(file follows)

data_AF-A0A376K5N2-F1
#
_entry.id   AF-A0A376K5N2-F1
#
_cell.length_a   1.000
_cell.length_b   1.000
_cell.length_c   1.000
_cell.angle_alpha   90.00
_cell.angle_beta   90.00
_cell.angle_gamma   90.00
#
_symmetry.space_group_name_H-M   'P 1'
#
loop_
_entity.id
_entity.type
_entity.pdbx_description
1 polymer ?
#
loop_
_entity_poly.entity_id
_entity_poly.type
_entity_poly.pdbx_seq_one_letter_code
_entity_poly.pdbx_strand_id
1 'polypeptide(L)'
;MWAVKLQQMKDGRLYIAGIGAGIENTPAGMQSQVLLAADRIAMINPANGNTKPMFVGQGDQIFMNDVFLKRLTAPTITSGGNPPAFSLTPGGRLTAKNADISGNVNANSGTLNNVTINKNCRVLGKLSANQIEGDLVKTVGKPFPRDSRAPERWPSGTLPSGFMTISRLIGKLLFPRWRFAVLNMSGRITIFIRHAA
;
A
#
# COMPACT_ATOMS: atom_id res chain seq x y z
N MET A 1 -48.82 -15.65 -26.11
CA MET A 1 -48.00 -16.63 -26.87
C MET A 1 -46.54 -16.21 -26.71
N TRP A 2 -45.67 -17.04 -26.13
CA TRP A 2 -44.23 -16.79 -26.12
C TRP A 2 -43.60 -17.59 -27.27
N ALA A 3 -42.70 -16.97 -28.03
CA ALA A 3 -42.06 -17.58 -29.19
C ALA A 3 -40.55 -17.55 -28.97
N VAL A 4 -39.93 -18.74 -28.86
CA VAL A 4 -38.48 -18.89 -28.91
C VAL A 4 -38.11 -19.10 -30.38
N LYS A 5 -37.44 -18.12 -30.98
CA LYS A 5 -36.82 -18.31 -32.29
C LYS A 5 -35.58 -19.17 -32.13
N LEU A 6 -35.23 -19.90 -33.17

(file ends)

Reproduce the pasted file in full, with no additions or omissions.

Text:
data_AF-A0A376K5N2-F1
#
_entry.id   AF-A0A376K5N2-F1
#
_cell.length_a   1.000
_cell.length_b   1.000
_cell.length_c   1.000
_cell.angle_alpha   90.00
_cell.angle_beta   90.00
_cell.angle_gamma   90.00
#
_symmetry.space_group_name_H-M   'P 1'
#
loop_
_entity.id
_entity.type
_entity.pdbx_description
1 polymer ?
#
loop_
_entity_poly.entity_id
_entity_poly.type
_entity_poly.pdbx_seq_one_letter_code
_entity_poly.pdbx_strand_id
1 'polypeptide(L)'
;MWAVKLQQMKDGRLYIAGIGAGIENTPAGMQSQVLLAADRIAMINPANGNTKPMFVGQGDQIFMNDVFLKRLTAPTITSGGNPPAFSLTPGGRLTAKNADISGNVNANSGTLNNVTINKNCRVLGKLSANQIEGDLVKTVGKPFPRDSRAPERWPSGTLPSGFMTISRLIGKLLFPRWRFAVLNMSGRITIFIRHAA
;
A
#
# COMPACT_ATOMS: atom_id res chain seq x y z
N MET A 1 -48.82 -15.65 -26.11
CA MET A 1 -48.00 -16.63 -26.87
C MET A 1 -46.54 -16.21 -26.71
N TRP A 2 -45.67 -17.04 -26.13
CA TRP A 2 -44.23 -16.79 -26.12
C TRP A 2 -43.60 -17.59 -27.27
N ALA A 3 -42.70 -16.97 -28.03
CA ALA A 3 -42.06 -17.58 -29.19
C ALA A 3 -40.55 -17.55 -28.97
N VAL A 4 -39.93 -18.74 -28.86
CA VAL A 4 -38.48 -18.89 -28.91
C VAL A 4 -38.11 -19.10 -30.38
N LYS A 5 -37.44 -18.12 -30.98
CA LYS A 5 -36.82 -18.31 -32.29
C LYS A 5 -35.58 -19.17 -32.13
N LEU A 6 -35.23 -19.90 -33.17